Knight, Richard Payne (1751-1824)

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Knight, Richard Payne (1751-1824)

Richard Payne Knight, an amateur archeologist and advocate of an esoteric Pagan philosophy as an alternative to orthodox Christianity, was the son of an Anglican clergyman from Herefordshire, England. His father retired relatively early in his life and married the daughter of a carpenter who had served as his housekeeper. A sickly child, young Richard was kept at home and thus received little formal education, though he was tutored by his father, and following his father's death in 1764, by a tutor hired by the family. He did not attend a university, but was able to travel extensively. As he entered adulthood he inherited a large sum from his grandfather, which provided him the necessary funds to pursue his various independent intellectual pursuits.

By the time of his third trip to Italy in 1777, Knight had rejected the Christianity of his father, which he had come to view as a degenerating force. He had also become interested in exploring a neglected aspect of the ancient world, the worship of Priapus, the Roman god of fertility, the signs of his cult having survived in a variety of images and statues. Sir William Hamilton, who at the time headed the British embassy in Naples, had begun research into the survivals of Priapus worship in the local traditions. Knight found himself in a circle of independent scholars who shared a dislike for Christianity and whose research had the additional agenda of challenging the uniqueness of Christianity.

During his travels Knight explored a variety of ancient ruins and found himself particularly drawn to the many representations of the male generative organ. The philosophy that emerged from his work was originally published in his 1786 book-length essay, "A Discourse on the Worship of Priapus and Its Connection with the Mystic Theology of the Ancients." Five hundred copies were privately published. Knight suggested that the phallus was a symbol of the God of Nature who generated the universe in his threefold aspects as creator, destroyer, and renovator. God is both male and female. His passive and active sides manifest as divine essence (life force) and universal matter (substance). The widespread images of sexual intercourse found in ancient art and statuary symbolized the universal process of creation.

Knight also posited the previous existence of a universal theology that resembled eighteenth-century Deism. This worldview survives in a more-or-less degenerate form in various contemporary religions. He rejected these modern religious forms as they tended to lead to religious bigotry, a view that led him to become an outspoken advocate of religious liberty.

Knight never married. He spent much of his time with the large collection of classical artifacts he had assembled on his travels and which he left to the British Museum. In 1809 he turned the family estate over to his brother and moved into a modest cottage away from the main house. Unlike many of his contemporaries who also advocated allegiance to the God of Nature, Knight seemed actually to enjoy the solitary contemplation of nature and took daily walks through the countryside.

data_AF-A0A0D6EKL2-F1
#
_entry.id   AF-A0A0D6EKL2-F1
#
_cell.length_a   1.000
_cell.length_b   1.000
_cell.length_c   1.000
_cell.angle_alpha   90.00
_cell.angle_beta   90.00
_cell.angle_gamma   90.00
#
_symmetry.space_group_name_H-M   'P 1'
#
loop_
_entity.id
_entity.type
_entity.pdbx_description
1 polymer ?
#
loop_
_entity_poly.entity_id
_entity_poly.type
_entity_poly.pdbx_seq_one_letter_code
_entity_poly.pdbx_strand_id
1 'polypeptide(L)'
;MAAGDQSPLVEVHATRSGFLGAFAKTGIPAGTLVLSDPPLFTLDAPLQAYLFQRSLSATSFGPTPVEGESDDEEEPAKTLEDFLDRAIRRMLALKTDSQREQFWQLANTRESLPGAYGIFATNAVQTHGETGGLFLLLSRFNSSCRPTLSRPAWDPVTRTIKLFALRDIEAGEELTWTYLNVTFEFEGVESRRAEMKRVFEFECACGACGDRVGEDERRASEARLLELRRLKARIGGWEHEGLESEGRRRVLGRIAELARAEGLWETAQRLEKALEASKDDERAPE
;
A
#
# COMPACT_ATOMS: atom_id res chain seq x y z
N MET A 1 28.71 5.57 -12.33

While Knight had little use for popular occultism or astrology, his sexually oriented philosophy would serve as a major source for twentieth-century ceremonial magic, especially the thelemic philosophy of Aleister Crowley.


Godwin, Joscelyn. The Theosophical Enlightenment. Albany: State University of New York Press, 1995.

Knight, Richard Payne. A Discourse on the Worship of Priapus and Its Connection with the Mystic Theology of the Ancients. 1786. Reprint, Secacus, N.J.: University Books, 1974.

. On the Symbolical Language of Ancient Art and Mythology. London: Black and Armstrong, 1836.

Knight, Richard Payne

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Knight, Richard Payne (1751–1824). English landscape theorist, member of the Society of Dilettanti, and connoisseur. He designed (with some initial help from T. F. Pritchard) Downton Castle, Herefs. (1772–8), a Picturesque composition in the Gothic style (though Neo-Classicism dominated the interiors) in which symmetry was avoided in the overall planning, but not in the individual rooms. It was the anti-symmetry of the plan that made it revolutionary, and it had a profound influence on English and Continental architects. Knight claimed that the house was designed to resemble buildings in landscapes by Claude Gellée (1600–82). His tastes and experiences led him to question ‘ Capability’ Brown's style of landscape-design in The Landscape—A Didactic Poem (1794), helping to create a climate in which the asymmetrical, serene, reposeful, and informal aspects of much architecture and landscape-design developed in C19. His Analytical Enquiry into the Principles of Taste (1805) contained important discussions on contemporary architectural ideas, notably the Picturesque. When Lord Elgin (1766–1841) had the sculptures from the Parthenon exhibited in London Knight made a fool of himself by dogmatically declaring they were Roman of the time of Hadrian, and led other members of the Dilettanti in the controversy about their artistic worth. He also courted controversy when the Dilettanti published (1786) his Account of the Remains of the Worship of Priapus, regarded by the prissy as obscene and irreligious.


Ballantyne (1997);
Chilvers, Osborne, & Farr (eds.) (1988);
M. Clarke & Penny (eds.) (1992);
Colvin & J. Harris (eds.) (1970);
Knight (1794, 1972);
Pevsner (1968)